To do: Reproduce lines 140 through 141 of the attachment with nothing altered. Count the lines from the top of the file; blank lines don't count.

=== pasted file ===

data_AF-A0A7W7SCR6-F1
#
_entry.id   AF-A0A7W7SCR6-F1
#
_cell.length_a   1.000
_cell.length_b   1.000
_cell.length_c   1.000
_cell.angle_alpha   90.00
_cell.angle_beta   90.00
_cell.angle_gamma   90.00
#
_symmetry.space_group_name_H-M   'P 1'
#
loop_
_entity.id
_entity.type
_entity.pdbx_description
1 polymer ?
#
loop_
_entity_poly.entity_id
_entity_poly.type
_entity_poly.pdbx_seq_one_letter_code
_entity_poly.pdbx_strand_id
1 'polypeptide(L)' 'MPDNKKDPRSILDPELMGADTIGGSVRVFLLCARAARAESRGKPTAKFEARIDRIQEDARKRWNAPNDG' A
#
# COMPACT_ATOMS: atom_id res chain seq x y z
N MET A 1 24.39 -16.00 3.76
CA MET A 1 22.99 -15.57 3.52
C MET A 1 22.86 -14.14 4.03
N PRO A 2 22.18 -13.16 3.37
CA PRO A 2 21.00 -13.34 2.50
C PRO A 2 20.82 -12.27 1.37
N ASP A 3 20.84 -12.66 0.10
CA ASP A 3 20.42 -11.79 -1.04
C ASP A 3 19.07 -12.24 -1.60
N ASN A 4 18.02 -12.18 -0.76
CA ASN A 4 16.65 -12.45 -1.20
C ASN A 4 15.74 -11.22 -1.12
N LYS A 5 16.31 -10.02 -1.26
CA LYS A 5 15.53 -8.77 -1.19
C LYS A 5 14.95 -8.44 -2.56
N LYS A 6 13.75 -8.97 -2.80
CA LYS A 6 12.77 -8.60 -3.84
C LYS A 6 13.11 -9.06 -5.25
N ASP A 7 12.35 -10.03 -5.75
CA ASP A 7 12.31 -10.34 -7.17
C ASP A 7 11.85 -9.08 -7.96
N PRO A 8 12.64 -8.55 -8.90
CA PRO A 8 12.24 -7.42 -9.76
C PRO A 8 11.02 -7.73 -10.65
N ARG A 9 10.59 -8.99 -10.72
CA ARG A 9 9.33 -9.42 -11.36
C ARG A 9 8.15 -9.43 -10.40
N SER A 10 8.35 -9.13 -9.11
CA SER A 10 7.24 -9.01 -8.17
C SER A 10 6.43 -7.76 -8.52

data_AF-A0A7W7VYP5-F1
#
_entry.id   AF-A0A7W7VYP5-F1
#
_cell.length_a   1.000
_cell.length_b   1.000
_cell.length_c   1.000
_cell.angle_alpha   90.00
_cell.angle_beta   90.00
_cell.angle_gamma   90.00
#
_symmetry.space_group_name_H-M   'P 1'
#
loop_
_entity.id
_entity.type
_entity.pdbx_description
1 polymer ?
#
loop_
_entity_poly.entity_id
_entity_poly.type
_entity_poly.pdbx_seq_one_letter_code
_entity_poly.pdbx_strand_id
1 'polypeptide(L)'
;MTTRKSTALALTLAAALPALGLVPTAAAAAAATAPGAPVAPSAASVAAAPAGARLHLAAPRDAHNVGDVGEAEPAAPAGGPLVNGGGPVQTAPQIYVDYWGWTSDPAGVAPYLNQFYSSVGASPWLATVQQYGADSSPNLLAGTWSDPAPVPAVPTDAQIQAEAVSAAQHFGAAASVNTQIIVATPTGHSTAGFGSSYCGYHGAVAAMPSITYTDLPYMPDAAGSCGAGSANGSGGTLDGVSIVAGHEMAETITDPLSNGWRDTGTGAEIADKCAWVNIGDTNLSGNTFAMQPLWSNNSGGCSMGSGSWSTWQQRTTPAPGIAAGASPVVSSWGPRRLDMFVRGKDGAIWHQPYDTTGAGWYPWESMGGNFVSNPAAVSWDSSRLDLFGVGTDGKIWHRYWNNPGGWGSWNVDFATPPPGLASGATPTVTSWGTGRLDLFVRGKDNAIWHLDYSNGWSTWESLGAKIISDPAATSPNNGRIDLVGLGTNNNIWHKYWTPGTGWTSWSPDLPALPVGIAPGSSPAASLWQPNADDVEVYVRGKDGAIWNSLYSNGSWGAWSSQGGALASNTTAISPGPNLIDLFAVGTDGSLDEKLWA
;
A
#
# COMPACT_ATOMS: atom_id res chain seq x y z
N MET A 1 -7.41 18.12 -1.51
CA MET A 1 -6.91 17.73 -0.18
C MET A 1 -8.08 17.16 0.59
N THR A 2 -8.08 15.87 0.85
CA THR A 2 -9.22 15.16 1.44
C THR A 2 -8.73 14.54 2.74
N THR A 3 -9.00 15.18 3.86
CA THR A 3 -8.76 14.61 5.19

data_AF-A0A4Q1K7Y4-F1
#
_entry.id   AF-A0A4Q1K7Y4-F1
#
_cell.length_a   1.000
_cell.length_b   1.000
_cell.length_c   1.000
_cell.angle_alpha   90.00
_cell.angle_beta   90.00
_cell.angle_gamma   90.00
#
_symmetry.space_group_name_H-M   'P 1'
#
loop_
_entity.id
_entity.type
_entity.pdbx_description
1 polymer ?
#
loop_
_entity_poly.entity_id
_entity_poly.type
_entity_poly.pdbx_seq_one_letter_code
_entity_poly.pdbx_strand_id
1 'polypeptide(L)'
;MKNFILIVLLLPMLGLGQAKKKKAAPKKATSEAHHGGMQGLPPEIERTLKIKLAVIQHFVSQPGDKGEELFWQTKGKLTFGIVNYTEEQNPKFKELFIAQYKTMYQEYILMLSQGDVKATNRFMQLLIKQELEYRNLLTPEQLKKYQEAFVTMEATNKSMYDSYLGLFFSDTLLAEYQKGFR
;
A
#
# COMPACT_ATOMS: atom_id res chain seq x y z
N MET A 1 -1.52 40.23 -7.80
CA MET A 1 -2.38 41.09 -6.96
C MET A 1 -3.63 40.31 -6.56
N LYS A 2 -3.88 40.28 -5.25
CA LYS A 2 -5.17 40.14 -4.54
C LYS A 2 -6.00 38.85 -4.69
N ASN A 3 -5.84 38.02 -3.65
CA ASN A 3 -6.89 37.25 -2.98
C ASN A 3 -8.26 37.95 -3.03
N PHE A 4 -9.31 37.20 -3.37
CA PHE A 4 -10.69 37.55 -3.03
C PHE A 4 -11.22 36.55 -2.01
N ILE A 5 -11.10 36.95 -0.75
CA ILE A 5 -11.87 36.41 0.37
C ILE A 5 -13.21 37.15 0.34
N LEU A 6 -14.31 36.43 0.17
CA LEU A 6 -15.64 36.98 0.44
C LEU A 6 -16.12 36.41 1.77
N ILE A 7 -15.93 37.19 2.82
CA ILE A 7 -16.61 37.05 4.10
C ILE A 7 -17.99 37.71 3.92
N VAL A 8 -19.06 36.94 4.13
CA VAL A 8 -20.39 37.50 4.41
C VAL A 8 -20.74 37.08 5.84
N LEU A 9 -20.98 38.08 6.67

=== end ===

C ILE A 5 -13.21 37.15 0.34
N LEU A 6 -14.31 36.43 0.17